aviculture au maroc


study of poultry projects








Bird flu


Definition of avian flu:  


Avian influenza, or chicken flu, is an infection caused by a virus of the family of Orthomyxoviridae which includes several genera (or types) including Influenza virus A. This is divided into subtypes among which the subtypes H5 and H7.
This infection can affect almost all species of birds, wild and domestic. It can be highly contagious, especially in chickens and turkeys, and is likely to cause high mortality in these species.

Seasonal flu

The low pathogenic strains of this virus can mutate genetically by spreading from one farm to another, in particular if the health barriers between farms are insufficient.

From a certain virulence, these strains cause a disease called avian influenza, one of the most pathogenic of which is that caused by the H5N1 virus, capable of infecting other animal species such as pigs or other mammals. We speak of an avian flu epizootic when the disease brutally affects a large number of animals at the same time in a given region.

Risks linked to the H5N1 virus

Of the 15 avian influenza virus subtypes, H5N1 is the most worrisome for several reasons. It mutates quickly and has a proven propensity to acquire genes from viruses infecting other species.
Birds that survive this infection shed the virus for at least 10 days, orally and in faeces, which facilitates its spread to live poultry markets and by migratory birds.

Man can himself be contaminated in conditions of extreme promiscuity with sick animals, which has been observed in Asia. However, the H5N1 virus is not transmissible from human to human. A human pandemic would only occur if the virus mutated to become contagious to humans.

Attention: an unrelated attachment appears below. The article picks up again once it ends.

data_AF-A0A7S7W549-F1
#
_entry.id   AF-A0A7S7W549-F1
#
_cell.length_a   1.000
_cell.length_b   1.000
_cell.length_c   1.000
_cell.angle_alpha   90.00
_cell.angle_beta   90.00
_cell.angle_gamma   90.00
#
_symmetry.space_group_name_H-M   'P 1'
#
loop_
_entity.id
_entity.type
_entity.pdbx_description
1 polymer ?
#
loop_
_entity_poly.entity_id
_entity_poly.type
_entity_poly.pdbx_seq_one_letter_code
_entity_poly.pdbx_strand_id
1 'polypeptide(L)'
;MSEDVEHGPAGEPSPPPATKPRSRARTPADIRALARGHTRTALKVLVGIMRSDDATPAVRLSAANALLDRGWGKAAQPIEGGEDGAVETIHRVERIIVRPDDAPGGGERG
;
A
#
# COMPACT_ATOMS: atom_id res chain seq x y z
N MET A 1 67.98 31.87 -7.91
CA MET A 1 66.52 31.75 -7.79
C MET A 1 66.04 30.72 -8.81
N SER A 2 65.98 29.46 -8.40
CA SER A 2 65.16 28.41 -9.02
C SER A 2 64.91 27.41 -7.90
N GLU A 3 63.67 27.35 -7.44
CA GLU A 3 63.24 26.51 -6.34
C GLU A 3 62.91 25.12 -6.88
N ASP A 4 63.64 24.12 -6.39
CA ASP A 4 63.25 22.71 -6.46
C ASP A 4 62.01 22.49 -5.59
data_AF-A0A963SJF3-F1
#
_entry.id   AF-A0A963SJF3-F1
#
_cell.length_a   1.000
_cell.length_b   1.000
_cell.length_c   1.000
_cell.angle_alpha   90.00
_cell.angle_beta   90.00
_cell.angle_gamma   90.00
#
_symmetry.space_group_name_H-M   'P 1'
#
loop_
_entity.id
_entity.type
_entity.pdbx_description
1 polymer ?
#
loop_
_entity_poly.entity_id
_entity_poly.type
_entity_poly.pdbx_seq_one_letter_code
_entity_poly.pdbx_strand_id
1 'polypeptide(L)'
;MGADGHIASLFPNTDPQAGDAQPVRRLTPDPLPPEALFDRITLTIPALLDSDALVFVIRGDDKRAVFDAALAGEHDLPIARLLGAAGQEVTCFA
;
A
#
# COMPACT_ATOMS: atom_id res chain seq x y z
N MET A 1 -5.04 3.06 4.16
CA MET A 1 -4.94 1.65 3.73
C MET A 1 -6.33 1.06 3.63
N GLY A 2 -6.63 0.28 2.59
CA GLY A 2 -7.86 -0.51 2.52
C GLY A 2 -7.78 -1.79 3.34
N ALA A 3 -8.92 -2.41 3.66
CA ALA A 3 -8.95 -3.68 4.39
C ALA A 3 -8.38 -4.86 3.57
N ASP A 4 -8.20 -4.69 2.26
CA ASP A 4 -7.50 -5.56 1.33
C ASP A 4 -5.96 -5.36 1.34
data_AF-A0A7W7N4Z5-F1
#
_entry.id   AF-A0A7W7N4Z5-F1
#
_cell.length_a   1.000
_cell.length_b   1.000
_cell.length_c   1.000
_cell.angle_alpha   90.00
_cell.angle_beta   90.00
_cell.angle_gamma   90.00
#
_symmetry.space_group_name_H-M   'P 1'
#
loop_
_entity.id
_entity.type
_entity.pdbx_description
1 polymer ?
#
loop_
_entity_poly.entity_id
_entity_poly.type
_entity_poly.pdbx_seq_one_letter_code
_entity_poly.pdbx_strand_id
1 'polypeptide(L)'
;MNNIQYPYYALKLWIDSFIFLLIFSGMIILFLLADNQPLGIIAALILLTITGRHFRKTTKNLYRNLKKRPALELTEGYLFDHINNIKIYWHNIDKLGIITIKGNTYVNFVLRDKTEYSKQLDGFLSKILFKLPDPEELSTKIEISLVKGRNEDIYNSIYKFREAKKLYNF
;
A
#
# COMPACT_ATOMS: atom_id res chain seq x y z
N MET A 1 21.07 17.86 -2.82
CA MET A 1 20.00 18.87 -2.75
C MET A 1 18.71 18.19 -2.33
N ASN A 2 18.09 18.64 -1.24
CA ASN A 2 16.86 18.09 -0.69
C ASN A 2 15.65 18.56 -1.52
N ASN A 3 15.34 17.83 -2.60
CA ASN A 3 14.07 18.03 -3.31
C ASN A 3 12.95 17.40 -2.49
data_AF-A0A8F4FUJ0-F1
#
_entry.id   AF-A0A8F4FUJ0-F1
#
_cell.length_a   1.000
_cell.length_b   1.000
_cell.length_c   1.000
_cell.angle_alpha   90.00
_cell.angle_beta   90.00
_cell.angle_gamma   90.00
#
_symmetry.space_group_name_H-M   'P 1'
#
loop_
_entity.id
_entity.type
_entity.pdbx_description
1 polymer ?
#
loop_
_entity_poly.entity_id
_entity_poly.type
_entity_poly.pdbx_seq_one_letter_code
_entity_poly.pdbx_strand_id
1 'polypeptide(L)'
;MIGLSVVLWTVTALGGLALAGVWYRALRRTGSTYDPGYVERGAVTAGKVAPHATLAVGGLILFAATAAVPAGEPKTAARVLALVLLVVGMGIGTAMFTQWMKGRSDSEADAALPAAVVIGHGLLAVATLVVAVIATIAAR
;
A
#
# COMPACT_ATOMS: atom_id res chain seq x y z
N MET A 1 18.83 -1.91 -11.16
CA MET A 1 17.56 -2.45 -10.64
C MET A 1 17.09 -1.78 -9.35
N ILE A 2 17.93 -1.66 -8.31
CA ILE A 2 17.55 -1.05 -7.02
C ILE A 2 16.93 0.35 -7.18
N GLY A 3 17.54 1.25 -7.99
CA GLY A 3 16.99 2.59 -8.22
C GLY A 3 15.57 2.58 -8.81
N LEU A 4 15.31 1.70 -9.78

Influenza pandemic

A pandemic is defined as a sharp increase in space and time in influenza cases with or without virological confirmation, accompanied by a number of serious cases and high mortality. It follows the detection of a virus of new antigenic composition, against which the immunity of the population is weak or zero. (Hannon, Euro surveillance 1998). This weak or nonexistent population immunity is due to a brutal antigenic variation, the "antigenic break".

Avian flu is distinguished from seasonal flu, an acute, contagious respiratory infection of viral origin that affects humans. Seasonal flu most often evolves in an epidemic mode and can affect in France, in winter, 5 to 15% of the population. Influenza is responsible for a non-negligible mortality in people at risk who have not been vaccinated.

There are indeed two main modes of variation of influenza viruses, one progressive, the slip, the other brutal, the break:

The slip is due to the accumulation of point mutations in genes that cause minor modifications to the virus. This accumulation results in an antigenic difference which results in less recognition of the new virus by the immune systems which have encountered the original virus in the past. It is responsible for seasonal and winter epidemics and requires the change of vaccine strains.

The break, a major brutal antigenic variation of the surface antigenic proteins (hemagglutinin and sometimes neuraminidase) of influenza A virus, gives rise to a new virus.

Pre-existing immunity does not protect. The break is the result of exchanges between animal and human strains, which are rare. It is at the origin of pandemics, but, after a pandemic, the virus circulates in the human species, and settles down to induce epidemics. The break is consecutive either to a reassortment event between two parental viruses of different origin, either to the complete transmission of an animal virus subtype unknown in humans or then to the re-emergence in humans of a Formerly human subtype.